crs2lm

0th

Percentile

Controlled Random Search

The Controlled Random Search (CRS) algorithm (and in particular, the CRS2 variant) with the `local mutation' modification.

Usage
crs2lm(x0, fn, lower, upper, maxeval = 10000, pop.size = 10 * (length(x0) +
  1), ranseed = NULL, xtol_rel = 1e-06, nl.info = FALSE, ...)
Arguments
x0

initial point for searching the optimum.

fn

objective function that is to be minimized.

lower, upper

lower and upper bound constraints.

maxeval

maximum number of function evaluations.

pop.size

population size.

ranseed

prescribe seed for random number generator.

xtol_rel

stopping criterion for relative change reached.

nl.info

logical; shall the original NLopt info been shown.

...

additional arguments passed to the function.

Details

The CRS algorithms are sometimes compared to genetic algorithms, in that they start with a random population of points, and randomly evolve these points by heuristic rules. In this case, the evolution somewhat resembles a randomized Nelder-Mead algorithm.

The published results for CRS seem to be largely empirical.

Value

List with components:

par

the optimal solution found so far.

value

the function value corresponding to par.

iter

number of (outer) iterations, see maxeval.

convergence

integer code indicating successful completion (> 0) or a possible error number (< 0).

message

character string produced by NLopt and giving additional information.

Note

The initial population size for CRS defaults to 10x(n+1) in n dimensions, but this can be changed; the initial population must be at least n+1.

References

W. L. Price, ``Global optimization by controlled random search,'' J. Optim. Theory Appl. 40 (3), p. 333-348 (1983).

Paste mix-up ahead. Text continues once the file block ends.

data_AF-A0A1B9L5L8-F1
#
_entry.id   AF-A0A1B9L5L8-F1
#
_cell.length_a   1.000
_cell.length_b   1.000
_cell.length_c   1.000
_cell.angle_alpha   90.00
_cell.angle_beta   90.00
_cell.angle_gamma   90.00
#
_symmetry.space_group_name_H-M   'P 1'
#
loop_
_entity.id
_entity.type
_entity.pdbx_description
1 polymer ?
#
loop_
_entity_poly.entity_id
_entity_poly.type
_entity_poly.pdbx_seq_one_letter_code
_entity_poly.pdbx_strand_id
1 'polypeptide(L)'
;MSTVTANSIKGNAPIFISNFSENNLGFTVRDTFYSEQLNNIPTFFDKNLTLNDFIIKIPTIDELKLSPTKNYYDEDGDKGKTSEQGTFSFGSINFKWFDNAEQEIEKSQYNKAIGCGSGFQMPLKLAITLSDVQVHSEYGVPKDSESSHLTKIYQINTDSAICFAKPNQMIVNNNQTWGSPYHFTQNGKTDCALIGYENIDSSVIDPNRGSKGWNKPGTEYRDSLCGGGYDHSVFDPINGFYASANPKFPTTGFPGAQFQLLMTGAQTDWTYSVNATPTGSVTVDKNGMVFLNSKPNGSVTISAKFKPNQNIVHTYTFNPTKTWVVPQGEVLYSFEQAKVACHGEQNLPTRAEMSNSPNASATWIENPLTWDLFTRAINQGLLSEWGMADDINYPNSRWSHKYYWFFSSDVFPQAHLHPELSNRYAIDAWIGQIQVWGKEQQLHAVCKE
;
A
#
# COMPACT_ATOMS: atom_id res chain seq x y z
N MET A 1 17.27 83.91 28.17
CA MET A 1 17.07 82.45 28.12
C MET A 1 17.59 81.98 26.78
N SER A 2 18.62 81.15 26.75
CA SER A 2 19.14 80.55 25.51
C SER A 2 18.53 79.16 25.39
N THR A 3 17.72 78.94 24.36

P. Kaelo and M. M. Ali, ``Some variants of the controlled random search algorithm for global optimization,'' J. Optim. Theory Appl. 130 (2), 253-264 (2006).

Aliases
  • crs2lm
Examples
# NOT RUN {
### Minimize the Hartmann6 function
hartmann6 <- function(x) {
    n <- length(x)
    a <- c(1.0, 1.2, 3.0, 3.2)
    A <- matrix(c(10.0,  0.05, 3.0, 17.0,
                   3.0, 10.0,  3.5,  8.0,
                  17.0, 17.0,  1.7,  0.05,
                   3.5,  0.1, 10.0, 10.0,
                   1.7,  8.0, 17.0,  0.1,
                   8.0, 14.0,  8.0, 14.0), nrow=4, ncol=6)
    B  <- matrix(c(.1312,.2329,.2348,.4047,
                   .1696,.4135,.1451,.8828,
                   .5569,.8307,.3522,.8732,
                   .0124,.3736,.2883,.5743,
                   .8283,.1004,.3047,.1091,
                   .5886,.9991,.6650,.0381), nrow=4, ncol=6)
    fun <- 0.0
    for (i in 1:4) {
        fun <- fun - a[i] * exp(-sum(A[i,]*(x-B[i,])^2))
    }
    return(fun)
}

S <- mlsl(x0 = rep(0, 6), hartmann6, lower = rep(0,6), upper = rep(1,6),
            nl.info = TRUE, control=list(xtol_rel=1e-8, maxeval=1000))
## Number of Iterations....: 4050
## Termination conditions:  maxeval: 10000	xtol_rel: 1e-06
## Number of inequality constraints:  0
## Number of equality constraints:    0
## Optimal value of objective function:  -3.32236801141328
## Optimal value of controls:
##     0.2016893 0.1500105 0.4768738 0.2753326 0.3116516 0.6573004

# }
Documentation reproduced from package nloptr, version 1.2.1, License: LGPL-3

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